Florida School District Sued for Barring Bible Distribution

Posted by

Adrienne S. Gaines


A Christian legal firm is suing a
southwest Florida school district that prohibited Bible distribution on public
school campuses.

Liberty Counsel filed a lawsuit Thursday on behalf of World Changers of Florida challenging the Collier County school district’s decision to prohibit the Naples, Fla.-based ministry from passing out free Bibles on Religious Freedom Day, which is recognized Jan. 16.

The Bibles were distributed for two years without incident
to interested students outside school hours. The group included a disclaimer
stating that the school neither sponsored nor endorsed the Bible giveaway.

But in 2008, the district revised its policy to require
nonprofit organizations to obtain approval of the superintendent and a
Community Request Committee appointed by the superintendent in order to
distribute literature on school campuses.

policy also states that requests must be “carefully reviewed to ensure that
such activities promote student interests, provide educational benefit to the
students, and do not exploit the school system, its employees, students or
parents,” according to the lawsuit.

Counsel said other nonprofit groups have been allowed to distribute literature on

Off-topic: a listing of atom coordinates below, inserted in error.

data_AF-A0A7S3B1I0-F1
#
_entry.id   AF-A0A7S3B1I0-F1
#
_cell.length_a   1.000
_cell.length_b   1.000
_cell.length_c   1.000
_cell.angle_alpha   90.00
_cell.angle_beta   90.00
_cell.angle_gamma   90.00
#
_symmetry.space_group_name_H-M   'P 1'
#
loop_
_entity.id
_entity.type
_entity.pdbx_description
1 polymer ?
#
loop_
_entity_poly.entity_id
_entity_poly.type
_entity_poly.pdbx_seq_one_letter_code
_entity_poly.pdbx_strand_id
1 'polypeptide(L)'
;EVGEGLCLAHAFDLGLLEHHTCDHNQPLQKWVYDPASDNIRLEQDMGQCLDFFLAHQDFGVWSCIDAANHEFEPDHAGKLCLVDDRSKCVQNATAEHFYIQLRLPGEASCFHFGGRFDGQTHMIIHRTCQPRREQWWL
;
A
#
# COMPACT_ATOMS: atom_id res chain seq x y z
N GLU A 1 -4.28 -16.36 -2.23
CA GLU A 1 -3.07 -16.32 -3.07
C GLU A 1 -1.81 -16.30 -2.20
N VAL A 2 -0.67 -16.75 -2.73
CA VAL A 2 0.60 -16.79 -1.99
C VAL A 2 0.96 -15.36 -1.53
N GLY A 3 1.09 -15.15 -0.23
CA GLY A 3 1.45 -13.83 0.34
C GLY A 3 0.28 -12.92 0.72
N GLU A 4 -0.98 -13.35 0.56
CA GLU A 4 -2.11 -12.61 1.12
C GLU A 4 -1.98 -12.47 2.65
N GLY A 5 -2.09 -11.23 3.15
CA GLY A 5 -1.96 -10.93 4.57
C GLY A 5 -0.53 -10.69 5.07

campuses, including military recruiters, a Little League organization,
and local Humane Society, 4H and YMCA groups. The lawsuit claims World Changers
was denied its distribution request because the district wants to censor its

school district “denied World Changers access for no other reason than the
religious content and viewpoint of the literature it wishes to distribute,
specifically Bibles,” the lawsuit states. “This unequal treatment, based upon
the religious nature of the literature World Changers wishes to distribute, is
unconstitutional content-based discrimination, because World Changers’
materials otherwise fit within the parameters [the district] set for the

Liberty Counsel argues that the
First Amendment prohibits government religious speech, not private religious
speech or literature.

“How sad that on the eve of
Independence Day, when we celebrate the religious and political freedom our
forefathers won for us at the cost of much blood and great sacrifice, we are
compelled to sue to protect the right simply to make free Bibles available to
students in public schools,” said Mathew D. Staver, founder of Liberty Counsel
and dean of Liberty University School of Law. “Many of our Founding Fathers
were taught to read using the Bible. If it had no educational value, then many
of them would have been illiterate.”

World Changers is
seeking permission to distribute Bibles and
nominal damages, which include attorneys’ fees.

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